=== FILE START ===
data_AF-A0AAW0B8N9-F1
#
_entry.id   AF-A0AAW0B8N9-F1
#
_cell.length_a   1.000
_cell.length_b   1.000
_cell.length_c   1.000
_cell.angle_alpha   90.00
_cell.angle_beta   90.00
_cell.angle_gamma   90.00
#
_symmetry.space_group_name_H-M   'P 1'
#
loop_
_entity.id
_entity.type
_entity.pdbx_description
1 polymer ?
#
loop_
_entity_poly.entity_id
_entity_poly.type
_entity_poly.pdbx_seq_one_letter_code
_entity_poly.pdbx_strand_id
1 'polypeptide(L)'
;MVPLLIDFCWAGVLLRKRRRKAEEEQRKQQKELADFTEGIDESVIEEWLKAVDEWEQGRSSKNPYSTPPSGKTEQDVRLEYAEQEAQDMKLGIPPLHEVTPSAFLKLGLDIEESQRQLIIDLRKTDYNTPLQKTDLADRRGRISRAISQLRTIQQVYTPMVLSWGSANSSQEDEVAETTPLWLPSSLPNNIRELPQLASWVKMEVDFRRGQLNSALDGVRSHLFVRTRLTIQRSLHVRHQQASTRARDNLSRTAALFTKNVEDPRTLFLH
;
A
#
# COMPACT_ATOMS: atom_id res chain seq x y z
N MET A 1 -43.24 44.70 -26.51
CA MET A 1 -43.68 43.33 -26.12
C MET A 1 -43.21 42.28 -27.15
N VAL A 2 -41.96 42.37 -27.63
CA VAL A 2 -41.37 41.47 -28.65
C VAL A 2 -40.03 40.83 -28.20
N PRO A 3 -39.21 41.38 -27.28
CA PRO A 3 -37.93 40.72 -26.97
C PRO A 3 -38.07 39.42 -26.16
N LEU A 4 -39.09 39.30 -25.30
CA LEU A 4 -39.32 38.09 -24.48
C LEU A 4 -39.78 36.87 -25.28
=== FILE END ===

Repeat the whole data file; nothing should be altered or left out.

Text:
data_AF-A0AAW0B8N9-F1
#
_entry.id   AF-A0AAW0B8N9-F1
#
_cell.length_a   1.000
_cell.length_b   1.000
_cell.length_c   1.000
_cell.angle_alpha   90.00
_cell.angle_beta   90.00
_cell.angle_gamma   90.00
#
_symmetry.space_group_name_H-M   'P 1'
#
loop_
_entity.id
_entity.type
_entity.pdbx_description
1 polymer ?
#
loop_
_entity_poly.entity_id
_entity_poly.type
_entity_poly.pdbx_seq_one_letter_code
_entity_poly.pdbx_strand_id
1 'polypeptide(L)'
;MVPLLIDFCWAGVLLRKRRRKAEEEQRKQQKELADFTEGIDESVIEEWLKAVDEWEQGRSSKNPYSTPPSGKTEQDVRLEYAEQEAQDMKLGIPPLHEVTPSAFLKLGLDIEESQRQLIIDLRKTDYNTPLQKTDLADRRGRISRAISQLRTIQQVYTPMVLSWGSANSSQEDEVAETTPLWLPSSLPNNIRELPQLASWVKMEVDFRRGQLNSALDGVRSHLFVRTRLTIQRSLHVRHQQASTRARDNLSRTAALFTKNVEDPRTLFLH
;
A
#
# COMPACT_ATOMS: atom_id res chain seq x y z
N MET A 1 -43.24 44.70 -26.51
CA MET A 1 -43.68 43.33 -26.12
C MET A 1 -43.21 42.28 -27.15
N VAL A 2 -41.96 42.37 -27.63
CA VAL A 2 -41.37 41.47 -28.65
C VAL A 2 -40.03 40.83 -28.20
N PRO A 3 -39.21 41.38 -27.28
CA PRO A 3 -37.93 40.72 -26.97
C PRO A 3 -38.07 39.42 -26.16
N LEU A 4 -39.09 39.30 -25.30
CA LEU A 4 -39.32 38.09 -24.48
C LEU A 4 -39.78 36.87 -25.28